Irene Calizo, Guangjun Cheng, Angela R. Hight Walker


Physical Measurements Laboratory, NIST, Gaithersburg, MD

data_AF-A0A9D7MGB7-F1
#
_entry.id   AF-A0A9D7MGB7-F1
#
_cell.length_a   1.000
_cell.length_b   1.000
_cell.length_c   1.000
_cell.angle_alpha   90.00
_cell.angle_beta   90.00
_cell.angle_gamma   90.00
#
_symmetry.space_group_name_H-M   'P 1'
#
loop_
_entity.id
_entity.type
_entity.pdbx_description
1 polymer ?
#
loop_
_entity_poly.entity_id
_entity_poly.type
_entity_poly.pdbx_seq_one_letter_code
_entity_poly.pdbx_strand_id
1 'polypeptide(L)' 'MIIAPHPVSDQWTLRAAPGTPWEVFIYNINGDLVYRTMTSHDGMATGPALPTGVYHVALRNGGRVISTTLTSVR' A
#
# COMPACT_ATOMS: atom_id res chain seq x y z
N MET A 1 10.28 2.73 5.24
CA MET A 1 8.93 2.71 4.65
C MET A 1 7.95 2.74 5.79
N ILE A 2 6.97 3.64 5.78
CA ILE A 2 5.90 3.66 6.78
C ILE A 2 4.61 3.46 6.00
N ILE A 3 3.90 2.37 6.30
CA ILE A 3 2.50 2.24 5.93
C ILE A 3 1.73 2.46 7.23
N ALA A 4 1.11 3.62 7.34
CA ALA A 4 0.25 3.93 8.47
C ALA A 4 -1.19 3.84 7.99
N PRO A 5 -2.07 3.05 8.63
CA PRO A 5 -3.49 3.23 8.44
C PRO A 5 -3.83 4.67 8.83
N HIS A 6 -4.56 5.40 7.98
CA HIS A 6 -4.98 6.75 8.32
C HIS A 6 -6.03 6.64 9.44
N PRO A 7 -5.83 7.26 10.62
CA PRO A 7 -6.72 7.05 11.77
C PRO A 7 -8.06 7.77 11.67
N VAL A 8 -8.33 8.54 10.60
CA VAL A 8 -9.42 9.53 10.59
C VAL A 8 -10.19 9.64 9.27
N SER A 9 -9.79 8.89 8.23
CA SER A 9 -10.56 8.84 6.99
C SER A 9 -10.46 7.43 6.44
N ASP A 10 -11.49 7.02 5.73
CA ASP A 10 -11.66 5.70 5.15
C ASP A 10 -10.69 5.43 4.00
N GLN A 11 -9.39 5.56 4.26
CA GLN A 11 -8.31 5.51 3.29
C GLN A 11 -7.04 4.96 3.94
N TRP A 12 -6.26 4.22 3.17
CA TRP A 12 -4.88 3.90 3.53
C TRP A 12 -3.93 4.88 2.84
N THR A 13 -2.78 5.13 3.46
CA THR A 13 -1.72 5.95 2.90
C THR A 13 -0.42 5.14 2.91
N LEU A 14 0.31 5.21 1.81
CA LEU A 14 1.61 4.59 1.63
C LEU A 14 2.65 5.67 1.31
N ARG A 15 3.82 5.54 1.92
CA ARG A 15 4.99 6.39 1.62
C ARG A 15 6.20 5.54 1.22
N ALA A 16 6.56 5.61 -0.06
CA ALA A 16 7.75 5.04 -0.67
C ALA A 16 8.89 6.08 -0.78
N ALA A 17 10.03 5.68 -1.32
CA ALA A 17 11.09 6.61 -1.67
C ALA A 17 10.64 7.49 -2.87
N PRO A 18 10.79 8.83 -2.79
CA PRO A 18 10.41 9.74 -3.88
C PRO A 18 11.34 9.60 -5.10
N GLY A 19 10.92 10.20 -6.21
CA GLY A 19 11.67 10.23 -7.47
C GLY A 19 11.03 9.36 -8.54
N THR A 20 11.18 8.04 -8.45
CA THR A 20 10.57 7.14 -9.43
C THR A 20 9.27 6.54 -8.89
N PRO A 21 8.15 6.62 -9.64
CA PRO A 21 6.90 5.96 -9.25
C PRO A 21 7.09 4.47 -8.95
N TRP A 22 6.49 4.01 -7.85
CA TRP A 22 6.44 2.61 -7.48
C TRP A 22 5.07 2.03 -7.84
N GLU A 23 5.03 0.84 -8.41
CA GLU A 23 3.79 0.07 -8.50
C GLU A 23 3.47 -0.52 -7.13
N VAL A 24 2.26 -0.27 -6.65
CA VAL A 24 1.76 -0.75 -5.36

Future nano-electronic graphene device fabrication will require the advanced development of various techniques to create graphene configurations of different shapes and sizes.  Nanoparticle etching has emerged as a possible route to cut graphene.  In this work we characterized the cutting of graphene and graphene layers by Cu nanoparticles and Fe nanoparticles using scanning electron microscopy (SEM), optical microscopy, atomic force microscopy (AFM), and Raman microscopy.   Metallic thin films were deposited onto mechanically exfoliated graphene flakes on Si/SiO2 substrates by a magnetron sputtering technique.  When these thin films were annealed in a forming gas environment, nanoparticles were produced due to the dewetting of the thin film. Cutting occurs by a catalytic hydrogenation of carbon where molecular H2 is dissociated on the nanoparticle surface then interacts with carbon at the graphene-nanoparticle interfaces to form CH4. SEM images reveal different morphology of Cu and Fe nanoparticles due to their surface wettability with the graphene. Raman spectroscopy provides insight into the amount of defects and disorder introduced after the cutting process.